Our own basketball gym was too small (class size was 550) so at most each kid would have been able to have 1 or 2 guests attend and there were no other viable options.... except....

    We held our graduation at the local kennel club. Yes, the dog track.

    I shook the principal's hand coming around the backstretch and got my diploma at the betting window.
  6. TheSportsPredictor

    TheSportsPredictor Well-Known Member

    It's a party. Have fun. Get over yourself.
  7. Brian

    Brian Well-Known Member

    It really depends on life circumstances, doesn't it? For most of us, high school in a suburban area is just a stepping stone in our life. For somebody who comes from Harper High School in Chicago or a remote area in the mountains of West Virginia, it may have taken a lot of dedication and overcoming many obstacles to get that piece of paper. Some people are the first person in their family to get one. Sometimes a graduation is meaningful because of someone in the family who didn't live long enough to see it. Maybe that person overcame some major physical or mental obstacle to get it.

    I don't have enough info about every person to judge them for being excited about a graduation ceremony. Obviously they have a reason that it's a big deal to them.
  8. 93Devil

    93Devil Well-Known Member

    If you are only getting four or six tickets for an entire family, it's a big deal for the parents and grandparents.

    If you have unlimited tickets, like graduating at a football field or local college basketball arena, then it is lessened.

    But as soon as you have to start telling people they cannot go, then problems arise. But it is a bigger deal for parents than students.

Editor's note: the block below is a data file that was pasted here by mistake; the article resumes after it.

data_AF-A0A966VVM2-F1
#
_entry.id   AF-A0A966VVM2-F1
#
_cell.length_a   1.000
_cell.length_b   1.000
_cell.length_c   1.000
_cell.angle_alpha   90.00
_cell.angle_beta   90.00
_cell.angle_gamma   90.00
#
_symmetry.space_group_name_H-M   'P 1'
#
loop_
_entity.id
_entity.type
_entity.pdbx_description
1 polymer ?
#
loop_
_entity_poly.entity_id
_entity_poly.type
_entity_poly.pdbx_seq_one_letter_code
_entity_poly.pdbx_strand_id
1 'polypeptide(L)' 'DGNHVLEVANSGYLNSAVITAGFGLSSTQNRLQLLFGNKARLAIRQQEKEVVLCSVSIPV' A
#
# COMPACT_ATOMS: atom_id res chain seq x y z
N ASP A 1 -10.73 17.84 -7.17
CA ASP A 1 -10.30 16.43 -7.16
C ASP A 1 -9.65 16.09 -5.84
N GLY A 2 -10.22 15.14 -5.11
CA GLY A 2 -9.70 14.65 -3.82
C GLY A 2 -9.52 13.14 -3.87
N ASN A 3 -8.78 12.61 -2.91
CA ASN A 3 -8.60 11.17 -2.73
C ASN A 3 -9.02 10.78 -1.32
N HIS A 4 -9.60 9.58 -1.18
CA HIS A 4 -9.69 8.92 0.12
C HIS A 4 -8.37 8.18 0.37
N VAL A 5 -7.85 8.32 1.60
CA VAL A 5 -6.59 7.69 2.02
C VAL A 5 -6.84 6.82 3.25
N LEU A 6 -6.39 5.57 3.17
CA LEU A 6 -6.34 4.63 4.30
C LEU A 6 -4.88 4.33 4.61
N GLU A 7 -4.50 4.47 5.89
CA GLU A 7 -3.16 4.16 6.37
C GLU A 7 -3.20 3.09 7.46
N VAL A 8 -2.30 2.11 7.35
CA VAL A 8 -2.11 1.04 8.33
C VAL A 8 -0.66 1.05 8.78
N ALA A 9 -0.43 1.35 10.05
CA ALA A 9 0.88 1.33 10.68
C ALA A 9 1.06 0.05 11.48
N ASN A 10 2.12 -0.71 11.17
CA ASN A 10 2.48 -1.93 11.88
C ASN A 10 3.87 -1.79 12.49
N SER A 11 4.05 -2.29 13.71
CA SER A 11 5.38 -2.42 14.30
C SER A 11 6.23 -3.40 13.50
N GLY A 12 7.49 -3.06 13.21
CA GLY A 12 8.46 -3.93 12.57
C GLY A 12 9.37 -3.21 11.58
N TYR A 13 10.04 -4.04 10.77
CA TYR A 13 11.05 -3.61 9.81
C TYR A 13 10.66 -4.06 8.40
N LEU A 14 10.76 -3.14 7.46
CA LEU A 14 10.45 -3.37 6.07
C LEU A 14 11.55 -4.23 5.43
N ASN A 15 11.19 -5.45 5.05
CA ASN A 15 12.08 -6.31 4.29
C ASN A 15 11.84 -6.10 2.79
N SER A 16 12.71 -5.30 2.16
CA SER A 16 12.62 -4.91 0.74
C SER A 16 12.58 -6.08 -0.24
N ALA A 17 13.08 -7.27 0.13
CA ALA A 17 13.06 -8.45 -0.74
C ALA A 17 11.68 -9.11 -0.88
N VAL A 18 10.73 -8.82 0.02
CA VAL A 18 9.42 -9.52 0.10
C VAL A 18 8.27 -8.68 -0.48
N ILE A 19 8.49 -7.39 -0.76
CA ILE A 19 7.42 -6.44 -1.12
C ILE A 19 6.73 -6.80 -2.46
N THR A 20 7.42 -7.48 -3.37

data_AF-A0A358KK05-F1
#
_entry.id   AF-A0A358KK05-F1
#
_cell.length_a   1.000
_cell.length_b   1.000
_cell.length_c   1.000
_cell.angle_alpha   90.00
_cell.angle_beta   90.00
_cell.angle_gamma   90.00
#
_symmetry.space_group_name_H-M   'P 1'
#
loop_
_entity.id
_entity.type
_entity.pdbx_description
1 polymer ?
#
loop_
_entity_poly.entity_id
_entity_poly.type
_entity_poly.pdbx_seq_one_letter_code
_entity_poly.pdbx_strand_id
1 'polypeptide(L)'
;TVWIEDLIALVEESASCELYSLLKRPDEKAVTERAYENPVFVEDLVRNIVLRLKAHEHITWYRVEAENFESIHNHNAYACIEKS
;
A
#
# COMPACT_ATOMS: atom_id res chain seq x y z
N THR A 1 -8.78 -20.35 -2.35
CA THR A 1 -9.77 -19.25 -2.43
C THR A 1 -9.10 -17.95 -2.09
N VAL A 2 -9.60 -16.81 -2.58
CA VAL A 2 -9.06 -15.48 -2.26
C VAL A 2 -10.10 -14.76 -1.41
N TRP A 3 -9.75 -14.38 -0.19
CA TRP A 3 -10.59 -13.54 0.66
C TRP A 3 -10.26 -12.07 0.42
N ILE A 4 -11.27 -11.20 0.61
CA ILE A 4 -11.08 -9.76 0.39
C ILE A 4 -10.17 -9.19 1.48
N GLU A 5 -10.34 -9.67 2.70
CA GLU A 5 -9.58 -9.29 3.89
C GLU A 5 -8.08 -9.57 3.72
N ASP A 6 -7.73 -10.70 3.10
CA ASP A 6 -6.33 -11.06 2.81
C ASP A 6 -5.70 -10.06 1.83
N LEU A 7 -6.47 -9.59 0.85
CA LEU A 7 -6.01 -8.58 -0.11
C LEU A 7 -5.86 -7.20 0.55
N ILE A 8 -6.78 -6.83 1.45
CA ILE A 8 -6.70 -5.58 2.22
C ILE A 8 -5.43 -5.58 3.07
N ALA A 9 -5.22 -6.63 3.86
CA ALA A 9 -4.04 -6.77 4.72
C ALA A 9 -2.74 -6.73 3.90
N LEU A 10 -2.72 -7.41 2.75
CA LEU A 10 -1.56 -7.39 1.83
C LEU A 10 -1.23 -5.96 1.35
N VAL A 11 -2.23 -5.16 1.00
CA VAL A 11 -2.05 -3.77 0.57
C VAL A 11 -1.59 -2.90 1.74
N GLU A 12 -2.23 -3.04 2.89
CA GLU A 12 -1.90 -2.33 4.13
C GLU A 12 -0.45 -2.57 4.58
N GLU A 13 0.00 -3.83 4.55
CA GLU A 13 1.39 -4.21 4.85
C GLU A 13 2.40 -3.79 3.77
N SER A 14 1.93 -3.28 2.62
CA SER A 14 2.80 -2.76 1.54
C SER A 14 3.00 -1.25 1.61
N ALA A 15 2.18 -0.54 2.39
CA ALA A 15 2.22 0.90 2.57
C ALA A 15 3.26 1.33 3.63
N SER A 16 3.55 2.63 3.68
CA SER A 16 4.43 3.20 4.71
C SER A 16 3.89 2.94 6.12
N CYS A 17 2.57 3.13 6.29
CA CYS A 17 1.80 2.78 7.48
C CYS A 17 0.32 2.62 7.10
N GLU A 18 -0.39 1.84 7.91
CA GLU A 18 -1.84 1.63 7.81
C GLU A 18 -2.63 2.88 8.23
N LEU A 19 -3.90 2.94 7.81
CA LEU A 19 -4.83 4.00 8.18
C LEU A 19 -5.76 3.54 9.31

9. Mizzougrad96

    Mizzougrad96 Active Member

    I agree. At least a HS graduation is legit. There are enough preschool, kindergarten, elementary school and middle school graduations these days that it is taking away from the legitimate ones... My wife and I both joke that our kids (7 and 5) have been through more graduation ceremonies than we have and we both have Masters Degrees. :D
  10. Shoeless Joe

    Shoeless Joe Active Member

    It is a big deal. I guess depending on where you are located and your attachment to family, it could be lessened. Here, grandparents, aunts, uncles, and cousins are thought of no differently than parents or siblings. I understand that isn't likely true for many urbanites, but I bet for many throughout the South and Midwestern rural areas, this is true. Neither case is 100 percent true, but many times it will be. I have gone to graduations for cousins and also just for close family friends. I've never known any of our schools to require tickets. If you show up, they'll find a space for you, even if it's standing room.

    I remember once the local school system decided to have all four graduations on the same night at the same time. You would have thought they dropped an atomic bomb from the shitstorm of complaints because people had to pick and choose. They never have done it since.
  11. Here me roar

    Here me roar Guest

    Carl Hiaasen wishes he had written that line :D
  12. JayFarrar

    JayFarrar Well-Known Member

    I went to her niece's a couple, three weeks back.

    Class of around 60, town of 2,500. I'd guess at least a 1,000 people were there.

    The niece had both sets of grandparents, parents, a sister, my GF, me, another aunt, her husband, a grand uncle, a grant aunt, her husband and some cousins, who also had kids in the same age range as the graduate. So it was around 16 people.

    I might be missing a couple though. I can't seem to keep track of all the cousins.

    That didn't seem all that odd to me. Small town and all.

    What gobsmacked was her graduation haul. I know I graduated from high school 25 years ago and I got, maybe, a couple hundred bucks, some luggage and assorted gifts.

    She had a little more than $3,500 in cash and checks stuffed into the various graduation cards. Plus another grand's worth of gifts and assorted merchandise.